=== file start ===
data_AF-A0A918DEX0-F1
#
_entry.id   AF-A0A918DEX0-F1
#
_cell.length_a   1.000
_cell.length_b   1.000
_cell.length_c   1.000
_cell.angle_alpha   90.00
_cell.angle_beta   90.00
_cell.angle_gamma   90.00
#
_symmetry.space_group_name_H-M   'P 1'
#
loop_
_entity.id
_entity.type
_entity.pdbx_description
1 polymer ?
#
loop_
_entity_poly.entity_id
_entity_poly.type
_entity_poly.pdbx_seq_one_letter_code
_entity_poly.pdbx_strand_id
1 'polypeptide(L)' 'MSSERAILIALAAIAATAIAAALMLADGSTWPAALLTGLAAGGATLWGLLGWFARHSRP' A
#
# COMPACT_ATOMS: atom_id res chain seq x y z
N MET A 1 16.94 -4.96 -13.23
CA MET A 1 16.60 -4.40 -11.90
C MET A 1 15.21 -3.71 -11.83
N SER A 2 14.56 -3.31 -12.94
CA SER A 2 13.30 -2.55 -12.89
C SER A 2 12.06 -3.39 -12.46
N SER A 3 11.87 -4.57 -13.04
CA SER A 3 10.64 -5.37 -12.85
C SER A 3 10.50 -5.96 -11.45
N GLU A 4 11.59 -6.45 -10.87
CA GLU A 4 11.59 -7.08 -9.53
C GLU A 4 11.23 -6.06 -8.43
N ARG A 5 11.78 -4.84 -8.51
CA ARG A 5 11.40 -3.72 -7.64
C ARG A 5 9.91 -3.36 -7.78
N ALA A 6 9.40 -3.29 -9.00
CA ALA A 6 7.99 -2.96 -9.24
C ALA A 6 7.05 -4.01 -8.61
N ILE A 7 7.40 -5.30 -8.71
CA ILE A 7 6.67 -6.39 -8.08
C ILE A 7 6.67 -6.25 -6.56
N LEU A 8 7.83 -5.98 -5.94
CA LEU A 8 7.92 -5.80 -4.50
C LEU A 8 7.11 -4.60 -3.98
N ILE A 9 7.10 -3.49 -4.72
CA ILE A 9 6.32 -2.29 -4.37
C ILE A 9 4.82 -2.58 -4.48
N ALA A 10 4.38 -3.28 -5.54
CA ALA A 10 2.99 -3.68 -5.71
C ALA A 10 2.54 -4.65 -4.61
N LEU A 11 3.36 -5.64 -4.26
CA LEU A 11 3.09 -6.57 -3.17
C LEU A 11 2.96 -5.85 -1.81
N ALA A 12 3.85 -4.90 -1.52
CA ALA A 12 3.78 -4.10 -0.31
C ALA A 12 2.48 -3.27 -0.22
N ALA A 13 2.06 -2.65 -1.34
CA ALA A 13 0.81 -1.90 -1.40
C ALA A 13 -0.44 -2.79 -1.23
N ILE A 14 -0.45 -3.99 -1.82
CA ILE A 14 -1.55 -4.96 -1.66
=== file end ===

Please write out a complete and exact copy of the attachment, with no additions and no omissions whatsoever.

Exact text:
data_AF-A0A918DEX0-F1
#
_entry.id   AF-A0A918DEX0-F1
#
_cell.length_a   1.000
_cell.length_b   1.000
_cell.length_c   1.000
_cell.angle_alpha   90.00
_cell.angle_beta   90.00
_cell.angle_gamma   90.00
#
_symmetry.space_group_name_H-M   'P 1'
#
loop_
_entity.id
_entity.type
_entity.pdbx_description
1 polymer ?
#
loop_
_entity_poly.entity_id
_entity_poly.type
_entity_poly.pdbx_seq_one_letter_code
_entity_poly.pdbx_strand_id
1 'polypeptide(L)' 'MSSERAILIALAAIAATAIAAALMLADGSTWPAALLTGLAAGGATLWGLLGWFARHSRP' A
#
# COMPACT_ATOMS: atom_id res chain seq x y z
N MET A 1 16.94 -4.96 -13.23
CA MET A 1 16.60 -4.40 -11.90
C MET A 1 15.21 -3.71 -11.83
N SER A 2 14.56 -3.31 -12.94
CA SER A 2 13.30 -2.55 -12.89
C SER A 2 12.06 -3.39 -12.46
N SER A 3 11.87 -4.57 -13.04
CA SER A 3 10.64 -5.37 -12.85
C SER A 3 10.50 -5.96 -11.45
N GLU A 4 11.59 -6.45 -10.87
CA GLU A 4 11.59 -7.08 -9.53
C GLU A 4 11.23 -6.06 -8.43
N ARG A 5 11.78 -4.84 -8.51
CA ARG A 5 11.40 -3.72 -7.64
C ARG A 5 9.91 -3.36 -7.78
N ALA A 6 9.40 -3.29 -9.00
CA ALA A 6 7.99 -2.96 -9.24
C ALA A 6 7.05 -4.01 -8.61
N ILE A 7 7.40 -5.30 -8.71
CA ILE A 7 6.67 -6.39 -8.08
C ILE A 7 6.67 -6.25 -6.56
N LEU A 8 7.83 -5.98 -5.94
CA LEU A 8 7.92 -5.80 -4.50
C LEU A 8 7.11 -4.60 -3.98
N ILE A 9 7.10 -3.49 -4.72
CA ILE A 9 6.32 -2.29 -4.37
C ILE A 9 4.82 -2.58 -4.48
N ALA A 10 4.38 -3.28 -5.54
CA ALA A 10 2.99 -3.68 -5.71
C ALA A 10 2.54 -4.65 -4.61
N LEU A 11 3.36 -5.64 -4.26
CA LEU A 11 3.09 -6.57 -3.17
C LEU A 11 2.96 -5.85 -1.81
N ALA A 12 3.85 -4.90 -1.52
CA ALA A 12 3.78 -4.10 -0.31
C ALA A 12 2.48 -3.27 -0.22
N ALA A 13 2.06 -2.65 -1.34
CA ALA A 13 0.81 -1.90 -1.40
C ALA A 13 -0.44 -2.79 -1.23
N ILE A 14 -0.45 -3.99 -1.82
CA ILE A 14 -1.55 -4.96 -1.66